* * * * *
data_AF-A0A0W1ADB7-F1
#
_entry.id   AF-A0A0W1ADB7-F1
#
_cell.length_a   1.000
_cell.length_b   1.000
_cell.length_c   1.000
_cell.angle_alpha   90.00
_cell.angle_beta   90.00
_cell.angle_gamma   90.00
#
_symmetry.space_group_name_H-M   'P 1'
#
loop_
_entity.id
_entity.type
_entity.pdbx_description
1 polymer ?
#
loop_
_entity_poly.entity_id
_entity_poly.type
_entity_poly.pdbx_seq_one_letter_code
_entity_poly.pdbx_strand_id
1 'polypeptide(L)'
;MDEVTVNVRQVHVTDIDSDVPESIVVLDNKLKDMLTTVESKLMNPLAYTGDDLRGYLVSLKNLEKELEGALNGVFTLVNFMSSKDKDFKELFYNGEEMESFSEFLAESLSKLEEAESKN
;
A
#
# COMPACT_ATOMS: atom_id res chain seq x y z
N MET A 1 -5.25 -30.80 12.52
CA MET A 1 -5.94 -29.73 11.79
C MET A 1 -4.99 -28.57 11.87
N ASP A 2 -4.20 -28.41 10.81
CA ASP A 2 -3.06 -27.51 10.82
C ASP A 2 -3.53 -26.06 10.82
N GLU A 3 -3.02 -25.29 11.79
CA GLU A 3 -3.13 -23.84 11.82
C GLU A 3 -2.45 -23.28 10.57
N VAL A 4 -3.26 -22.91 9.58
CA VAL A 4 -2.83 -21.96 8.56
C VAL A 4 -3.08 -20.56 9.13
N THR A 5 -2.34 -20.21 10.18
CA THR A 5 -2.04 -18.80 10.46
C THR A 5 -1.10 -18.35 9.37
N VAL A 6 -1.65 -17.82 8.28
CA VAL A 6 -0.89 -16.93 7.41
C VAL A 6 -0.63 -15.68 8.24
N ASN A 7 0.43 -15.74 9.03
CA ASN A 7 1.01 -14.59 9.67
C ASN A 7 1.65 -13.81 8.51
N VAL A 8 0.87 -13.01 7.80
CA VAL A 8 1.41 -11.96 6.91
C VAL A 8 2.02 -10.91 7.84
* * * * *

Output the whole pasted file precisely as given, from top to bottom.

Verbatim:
data_AF-A0A0W1ADB7-F1
#
_entry.id   AF-A0A0W1ADB7-F1
#
_cell.length_a   1.000
_cell.length_b   1.000
_cell.length_c   1.000
_cell.angle_alpha   90.00
_cell.angle_beta   90.00
_cell.angle_gamma   90.00
#
_symmetry.space_group_name_H-M   'P 1'
#
loop_
_entity.id
_entity.type
_entity.pdbx_description
1 polymer ?
#
loop_
_entity_poly.entity_id
_entity_poly.type
_entity_poly.pdbx_seq_one_letter_code
_entity_poly.pdbx_strand_id
1 'polypeptide(L)'
;MDEVTVNVRQVHVTDIDSDVPESIVVLDNKLKDMLTTVESKLMNPLAYTGDDLRGYLVSLKNLEKELEGALNGVFTLVNFMSSKDKDFKELFYNGEEMESFSEFLAESLSKLEEAESKN
;
A
#
# COMPACT_ATOMS: atom_id res chain seq x y z
N MET A 1 -5.25 -30.80 12.52
CA MET A 1 -5.94 -29.73 11.79
C MET A 1 -4.99 -28.57 11.87
N ASP A 2 -4.20 -28.41 10.81
CA ASP A 2 -3.06 -27.51 10.82
C ASP A 2 -3.53 -26.06 10.82
N GLU A 3 -3.02 -25.29 11.79
CA GLU A 3 -3.13 -23.84 11.82
C GLU A 3 -2.45 -23.28 10.57
N VAL A 4 -3.26 -22.91 9.58
CA VAL A 4 -2.83 -21.96 8.56
C VAL A 4 -3.08 -20.56 9.13
N THR A 5 -2.34 -20.21 10.18
CA THR A 5 -2.04 -18.80 10.46
C THR A 5 -1.10 -18.35 9.37
N VAL A 6 -1.65 -17.82 8.28
CA VAL A 6 -0.89 -16.93 7.41
C VAL A 6 -0.63 -15.68 8.24
N ASN A 7 0.43 -15.74 9.03
CA ASN A 7 1.01 -14.59 9.67
C ASN A 7 1.65 -13.81 8.51
N VAL A 8 0.87 -13.01 7.80
CA VAL A 8 1.41 -11.96 6.91
C VAL A 8 2.02 -10.91 7.84